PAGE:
And the Abdi line is incomplete, either in its reading or its representation by Erdbrink. The idea that Mortazavi is the biggest fish/scapegoat (pardon the mixing of animal metaphors) and therefore that the investigations and the allegations stop with the former prosecutor is a misunderstanding: the Parliamentary challenge to Ahmadinejad has come too far to stop with Mortazavi’s punishment.
Remember, the President’s response to this report — after it was presented to Parliament — was to proceed with the official ceremony for Mortazavi’s appointment as the head of the unit investigating smuggling of currency and drugs. That’s a come-and-get-me taunt to those in and close to the Majlis — Rezaei, Ali Motahari, Ahmad Tavakoli, even Ali Larijani — who want the President, not one of advisors, to admit errors and injustices. Motahari made that clear in his video interviews last week.
So leave the Green opposition to the side for the moment. One of two scenarios happens:
1. Mortazavi falls, and Ahmadinejad takes a blow to this authority. His Parliamentary and political foes will either then accept that they have contained Mahmoud or, smelling blood and victory, they will press on.
2. Ahmadinejad will not sacrifice Mortazavi, and the fight gets even more intense.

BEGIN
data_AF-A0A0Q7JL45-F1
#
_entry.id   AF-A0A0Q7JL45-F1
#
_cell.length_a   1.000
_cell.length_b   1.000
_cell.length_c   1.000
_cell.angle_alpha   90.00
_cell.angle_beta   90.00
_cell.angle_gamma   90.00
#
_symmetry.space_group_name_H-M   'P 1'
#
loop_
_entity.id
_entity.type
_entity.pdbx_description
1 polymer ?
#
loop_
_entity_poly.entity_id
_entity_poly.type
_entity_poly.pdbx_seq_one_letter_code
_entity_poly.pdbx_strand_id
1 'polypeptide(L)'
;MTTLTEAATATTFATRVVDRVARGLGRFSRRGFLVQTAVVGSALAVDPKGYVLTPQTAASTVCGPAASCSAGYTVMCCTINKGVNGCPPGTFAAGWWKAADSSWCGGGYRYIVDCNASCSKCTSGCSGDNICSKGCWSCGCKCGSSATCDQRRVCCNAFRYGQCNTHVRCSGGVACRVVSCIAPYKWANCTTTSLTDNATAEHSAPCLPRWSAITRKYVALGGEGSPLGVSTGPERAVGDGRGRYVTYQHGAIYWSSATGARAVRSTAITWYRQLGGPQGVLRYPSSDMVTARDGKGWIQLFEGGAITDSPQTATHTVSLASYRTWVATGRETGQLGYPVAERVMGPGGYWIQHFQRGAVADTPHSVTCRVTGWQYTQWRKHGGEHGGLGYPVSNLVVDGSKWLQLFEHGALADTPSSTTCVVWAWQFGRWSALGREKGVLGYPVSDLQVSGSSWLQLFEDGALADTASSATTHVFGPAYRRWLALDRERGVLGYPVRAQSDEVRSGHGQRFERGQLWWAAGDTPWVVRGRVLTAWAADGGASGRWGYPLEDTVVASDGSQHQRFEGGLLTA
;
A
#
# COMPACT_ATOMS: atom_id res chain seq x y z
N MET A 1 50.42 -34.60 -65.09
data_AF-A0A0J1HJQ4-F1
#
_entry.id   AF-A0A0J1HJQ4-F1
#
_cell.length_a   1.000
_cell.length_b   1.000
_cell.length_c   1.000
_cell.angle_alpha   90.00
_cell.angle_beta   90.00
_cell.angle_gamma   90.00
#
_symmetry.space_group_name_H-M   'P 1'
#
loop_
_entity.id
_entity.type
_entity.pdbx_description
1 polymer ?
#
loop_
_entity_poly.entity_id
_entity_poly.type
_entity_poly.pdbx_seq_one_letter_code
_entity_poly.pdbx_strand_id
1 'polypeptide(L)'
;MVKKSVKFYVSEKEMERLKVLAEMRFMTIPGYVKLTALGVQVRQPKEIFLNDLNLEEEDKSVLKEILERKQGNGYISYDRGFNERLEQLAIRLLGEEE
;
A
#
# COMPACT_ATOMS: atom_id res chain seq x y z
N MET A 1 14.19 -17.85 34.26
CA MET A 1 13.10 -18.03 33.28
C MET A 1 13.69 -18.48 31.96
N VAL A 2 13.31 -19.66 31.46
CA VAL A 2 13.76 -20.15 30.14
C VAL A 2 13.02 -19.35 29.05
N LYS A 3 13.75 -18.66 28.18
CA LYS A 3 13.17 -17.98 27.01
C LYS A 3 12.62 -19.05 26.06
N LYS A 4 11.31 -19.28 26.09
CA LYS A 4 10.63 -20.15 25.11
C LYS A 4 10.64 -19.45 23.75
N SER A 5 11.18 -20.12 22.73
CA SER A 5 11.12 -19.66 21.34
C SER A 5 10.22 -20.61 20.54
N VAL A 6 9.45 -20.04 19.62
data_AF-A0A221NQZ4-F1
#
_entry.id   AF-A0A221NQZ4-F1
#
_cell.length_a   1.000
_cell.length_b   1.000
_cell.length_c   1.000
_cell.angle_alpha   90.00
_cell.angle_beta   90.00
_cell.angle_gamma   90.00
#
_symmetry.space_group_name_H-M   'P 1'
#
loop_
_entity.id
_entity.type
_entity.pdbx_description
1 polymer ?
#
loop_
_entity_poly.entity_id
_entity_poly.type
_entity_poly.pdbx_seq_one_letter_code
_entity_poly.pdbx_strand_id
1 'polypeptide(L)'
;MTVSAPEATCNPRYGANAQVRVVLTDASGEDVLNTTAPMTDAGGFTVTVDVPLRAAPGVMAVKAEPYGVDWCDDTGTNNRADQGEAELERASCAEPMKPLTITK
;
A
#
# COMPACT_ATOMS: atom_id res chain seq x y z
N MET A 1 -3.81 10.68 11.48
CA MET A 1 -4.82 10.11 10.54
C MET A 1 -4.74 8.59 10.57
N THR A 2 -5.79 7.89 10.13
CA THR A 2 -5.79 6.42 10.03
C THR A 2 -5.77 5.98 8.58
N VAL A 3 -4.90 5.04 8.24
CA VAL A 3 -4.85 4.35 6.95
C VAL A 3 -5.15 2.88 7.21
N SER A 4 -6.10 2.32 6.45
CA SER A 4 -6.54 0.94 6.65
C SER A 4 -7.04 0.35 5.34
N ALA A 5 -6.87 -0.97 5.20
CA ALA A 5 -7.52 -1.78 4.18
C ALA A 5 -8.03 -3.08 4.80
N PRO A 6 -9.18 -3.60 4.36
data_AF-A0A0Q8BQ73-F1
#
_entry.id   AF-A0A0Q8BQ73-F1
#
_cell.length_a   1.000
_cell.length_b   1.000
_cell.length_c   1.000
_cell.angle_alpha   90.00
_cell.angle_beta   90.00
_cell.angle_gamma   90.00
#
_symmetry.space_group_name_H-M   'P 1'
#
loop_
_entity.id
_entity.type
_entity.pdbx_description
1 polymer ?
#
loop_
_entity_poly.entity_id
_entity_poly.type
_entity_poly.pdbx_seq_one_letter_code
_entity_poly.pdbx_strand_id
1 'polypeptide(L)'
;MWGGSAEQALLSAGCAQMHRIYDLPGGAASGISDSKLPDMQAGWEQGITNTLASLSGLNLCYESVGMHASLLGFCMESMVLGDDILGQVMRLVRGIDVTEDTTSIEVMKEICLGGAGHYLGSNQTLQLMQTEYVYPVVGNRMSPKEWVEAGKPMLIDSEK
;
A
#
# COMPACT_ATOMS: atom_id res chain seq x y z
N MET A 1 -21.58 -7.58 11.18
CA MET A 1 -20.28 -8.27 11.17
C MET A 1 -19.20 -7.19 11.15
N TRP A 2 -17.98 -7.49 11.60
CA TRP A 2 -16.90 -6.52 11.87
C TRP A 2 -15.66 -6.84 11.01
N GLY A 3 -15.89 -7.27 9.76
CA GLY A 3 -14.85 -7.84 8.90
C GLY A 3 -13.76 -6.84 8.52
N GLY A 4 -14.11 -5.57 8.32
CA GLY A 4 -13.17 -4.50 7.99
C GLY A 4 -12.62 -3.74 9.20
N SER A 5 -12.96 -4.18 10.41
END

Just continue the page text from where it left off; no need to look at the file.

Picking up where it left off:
Into this mix let’s throw in the Supreme Leader. His speech last Saturday was difficult to read because it had two apparently conflicting messages. On the one hand, as we initially updated, he was warning protesters to shut up and go away, a repetition of his 19 June line that tried to validate the Presidential election. On the other, he was indicating that there had to be some acceptance of excessive measures by security forces and assurances that they would not be repeated.
How to reconcile those signals? Well, by recognising to whom they are directed. The first is simply to keep the opposition at bay and, indeed, far, far away while the regime tries to sort itself out. The second, more immediately important message is to those who nominally support Khamenei. Read it carefully, and I think you’ve got the Supreme Leader lending some backing to the Parliamentary/political criticism of the Presidential office and, therefore, telling Ahmadinejad and the security forces aligned with him: Be Careful.
Another reminder: this isn’t new. Rewind to July and August and there are a series of power plays and disputes between Parliament and the President and even the Supreme Leader and Ahmadinejad. Mahmoud and Company won some of those battles, getting more influence in ministries like Intelligence, and lost some, for example, with the forced climbdown over the appointment of Esfandiar Rahim-Mashai as First Vice President. At that time, however, Ahmadinejad’s biggest victories were getting to be President, with his inauguration in August, and getting his big Cabinet picks the following month.
All of this is back in play, however. As a very well-informed source told me last week, “The only way this ends is if and when some [expletive deleted] stabs Ahmadinejad in the back.”